It is also legitimate to contend that, while the cap-and-trade system is flawed, it is better than inaction and necessary to spur innovation. And for eight House Republicans who took this stand at great political risk, it is not only legitimate — it is admirable.
Yeah, well the former speechwriter for President George W. Bush talks a good game now that he’s out of the White House. Why didn’t he speak up when his boss was leading the anti-science, anti-climate, anti-clean-energy fight for the GOP (see “Bush will go down in history as possibly a person who has doomed the planet”). Now Gerson has refashioned himself as a center-right columnist — someone who certainly couldn’t get elected as a GOP Representative these days, where thoughtful people need not apply (see “Rep. Broun receives applause on the House floor for calling global warming a ‘hoax’ “).
Conservatives have tied their future to policies that would inevitably lead to catastrophic climate change and impoverishment of this country — and that would cede leadership in the clean energy technologies that will be the biggest job-creating engine this century. As the painful reality human-caused global warming becomes increasingly obvious, that is a political strategy that will keep shrinking the party. Let’s just hope that they disappear from sight in time for progressives to enact the policies needed to preserve a livable climate.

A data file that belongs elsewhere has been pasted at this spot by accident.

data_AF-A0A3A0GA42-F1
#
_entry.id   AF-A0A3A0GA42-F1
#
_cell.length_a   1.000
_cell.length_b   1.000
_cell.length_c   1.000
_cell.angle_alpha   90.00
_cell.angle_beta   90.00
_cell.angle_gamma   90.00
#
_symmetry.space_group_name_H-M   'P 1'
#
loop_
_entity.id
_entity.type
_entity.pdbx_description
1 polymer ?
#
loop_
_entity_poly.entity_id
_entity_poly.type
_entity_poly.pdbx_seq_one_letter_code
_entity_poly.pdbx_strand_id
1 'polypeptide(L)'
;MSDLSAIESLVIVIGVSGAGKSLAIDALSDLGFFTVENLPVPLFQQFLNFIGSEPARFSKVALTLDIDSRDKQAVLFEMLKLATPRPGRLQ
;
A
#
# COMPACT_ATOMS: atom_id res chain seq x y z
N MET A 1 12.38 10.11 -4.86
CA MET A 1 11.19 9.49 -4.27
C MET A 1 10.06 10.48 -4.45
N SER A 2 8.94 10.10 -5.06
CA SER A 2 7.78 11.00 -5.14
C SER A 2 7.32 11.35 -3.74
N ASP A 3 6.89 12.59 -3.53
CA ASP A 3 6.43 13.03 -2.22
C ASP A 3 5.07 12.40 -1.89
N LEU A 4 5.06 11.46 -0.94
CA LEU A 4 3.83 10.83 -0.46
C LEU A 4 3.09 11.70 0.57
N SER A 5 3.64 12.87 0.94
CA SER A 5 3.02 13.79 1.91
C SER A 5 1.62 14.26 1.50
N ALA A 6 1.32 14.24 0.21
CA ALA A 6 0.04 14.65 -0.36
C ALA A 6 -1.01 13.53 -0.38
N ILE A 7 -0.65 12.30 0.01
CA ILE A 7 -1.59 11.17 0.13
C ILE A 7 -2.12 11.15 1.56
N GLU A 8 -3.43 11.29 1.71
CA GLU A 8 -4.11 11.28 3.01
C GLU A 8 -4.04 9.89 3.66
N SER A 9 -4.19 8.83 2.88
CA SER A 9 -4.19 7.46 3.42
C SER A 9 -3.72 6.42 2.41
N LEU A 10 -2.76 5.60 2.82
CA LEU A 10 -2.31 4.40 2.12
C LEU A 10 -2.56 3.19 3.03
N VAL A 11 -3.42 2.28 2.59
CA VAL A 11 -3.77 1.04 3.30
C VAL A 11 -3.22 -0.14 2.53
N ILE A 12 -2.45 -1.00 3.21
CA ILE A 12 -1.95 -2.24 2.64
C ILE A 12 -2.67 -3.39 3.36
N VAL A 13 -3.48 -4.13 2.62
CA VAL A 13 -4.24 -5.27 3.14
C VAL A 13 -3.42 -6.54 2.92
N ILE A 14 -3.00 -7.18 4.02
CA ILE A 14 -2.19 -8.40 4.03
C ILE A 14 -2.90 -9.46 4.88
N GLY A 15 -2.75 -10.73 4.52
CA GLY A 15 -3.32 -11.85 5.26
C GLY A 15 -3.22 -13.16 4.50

We aren’t living in a Disney science fiction movie. Even if the GOP is mired in science fictions, a happy ending is not guaranteed.
Photoshop credit to CAP’s Lauren Ferguson.
- Has anyone in U.S. history made more Americans less safe than Dick Cheney?
- House GOP leader Boehner on ABC: “The idea that carbon dioxide is a carcinogen that is harmful to our environment is almost comical.”
- Hill conservatives reject all 3 climate strategies and embrace Rush Limbaugh “” what does that radicalism mean for Obama, progressives, and humanity?